Why only a fraction of external IT service spending is actually managed via an established contracting model in this day and age is bafflingâ"...

    Don't you just want to slap people through the screen sometimes?

  • I see comments above talking about H1Bs and such. This is NOT outsourcing to India or anything like that. It's outsourcing to primarily U.S.-owned contractors, as opposed to U.S. Government (USG) employees. If you suggest that outsourcing is not the best technical solution, then you're suggesting the USG direct hires are as competent as those in industry. I can assure you that people don't switch to USG jobs for the technical challenges, however.
    • The people in the large contracting firms/body shops that the USG hires aren't as competent as most of those in industry, either.

      • by rhazz ( 2853871 )
        This. I work in the Canadian government and for we tend to hire a significant number of consultants for larger development projects. On average the consulting devs are only slightly better than our employee devs, but they always cost at least twice as much. We would do far better to attract more competent employees in the first place.
        • I worked in a couple of departments for the Canadian government and there were a lot of contractors for just the day to day stuff, especially in my last two jobs. It would help to get more of them to convert to employees if the environment was such a toxic cesspool. I was in one good group but we still had to deal with a lot of bad groups, managers fighting, and bad policies.

          We had a change of CIO and gave a presentation to a large group of us: Java developers; graphic designers; web developers; a couple o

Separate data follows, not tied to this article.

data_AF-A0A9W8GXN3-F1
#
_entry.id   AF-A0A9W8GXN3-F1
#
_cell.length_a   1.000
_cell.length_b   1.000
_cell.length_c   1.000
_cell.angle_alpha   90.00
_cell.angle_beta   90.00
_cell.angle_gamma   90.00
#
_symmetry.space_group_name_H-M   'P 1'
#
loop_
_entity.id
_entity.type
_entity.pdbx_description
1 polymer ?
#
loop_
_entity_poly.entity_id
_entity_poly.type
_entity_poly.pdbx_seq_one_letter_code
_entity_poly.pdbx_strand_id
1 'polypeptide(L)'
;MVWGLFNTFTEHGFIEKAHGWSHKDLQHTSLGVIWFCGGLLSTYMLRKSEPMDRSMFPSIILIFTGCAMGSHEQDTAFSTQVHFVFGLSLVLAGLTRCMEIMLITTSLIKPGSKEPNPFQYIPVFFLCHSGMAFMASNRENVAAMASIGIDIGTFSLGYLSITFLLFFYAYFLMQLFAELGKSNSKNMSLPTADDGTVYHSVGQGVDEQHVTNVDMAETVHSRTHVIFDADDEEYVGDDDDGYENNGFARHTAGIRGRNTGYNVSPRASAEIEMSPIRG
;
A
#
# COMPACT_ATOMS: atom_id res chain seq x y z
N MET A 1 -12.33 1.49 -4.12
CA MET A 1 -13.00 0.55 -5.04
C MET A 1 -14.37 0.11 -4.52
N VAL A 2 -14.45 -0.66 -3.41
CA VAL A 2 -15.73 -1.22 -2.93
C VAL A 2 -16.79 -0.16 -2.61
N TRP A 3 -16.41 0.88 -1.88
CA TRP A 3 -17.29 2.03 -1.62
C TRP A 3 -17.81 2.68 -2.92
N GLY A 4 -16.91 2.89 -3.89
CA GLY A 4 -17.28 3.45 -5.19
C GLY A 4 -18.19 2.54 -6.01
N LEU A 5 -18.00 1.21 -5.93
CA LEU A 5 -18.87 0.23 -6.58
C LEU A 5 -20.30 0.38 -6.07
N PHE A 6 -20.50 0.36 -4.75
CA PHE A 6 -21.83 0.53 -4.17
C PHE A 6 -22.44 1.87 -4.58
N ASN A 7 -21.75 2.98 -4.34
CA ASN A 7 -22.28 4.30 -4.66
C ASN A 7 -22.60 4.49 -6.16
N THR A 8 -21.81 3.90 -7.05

• As you work with the government, then you must know how mind bogglingly difficult it is to hire a permanent employee within the Canadian Federal Service? The process (and I'm serious), can take months and in some cases over a year. Any competent employee would be long gone before the process is complete
          • by rhazz ( 2853871 )
            Yes in my department the HR process of competition and hire for employees is ridiculous. It's one of many bureaucratic hurdles that makes hiring consultants easier. It's just one symptom of a larger problem - applying so many rules to ensure fairness, equity, transparency, etc, such that it's just easier to find some other way. My group has much better luck hiring students, since the process is not controlled by HR - manager approaches the school, does interviews, hires students. There is not a lot of overs
    • contractors add overhead and dead time due to rules.

      Like when they keep the same people but they roll from one firm to another firm with that triggering a new round of background checks.

      People who sit idle unable to work as they can't get a login / etc as there paper work is not done but they are placed on site (as that can happen with more then one firm in the chain) I was idled at an IRS office for about 1 mouth before they said the we have to many people on the overall contract and a lot of them where cu

      • I have had similar idling experiences working for state government as well as private companies. In Illinois we employ a large number contractors because it is very difficult to acquire talent. The rules are such that when hiring a direct employee the posting must be made available first to current state employees. They have first dibs. Only when there are no demonstrably (on paper) unqualified state employees put in for the position may it be posted to the public. And in that case there is so much red tap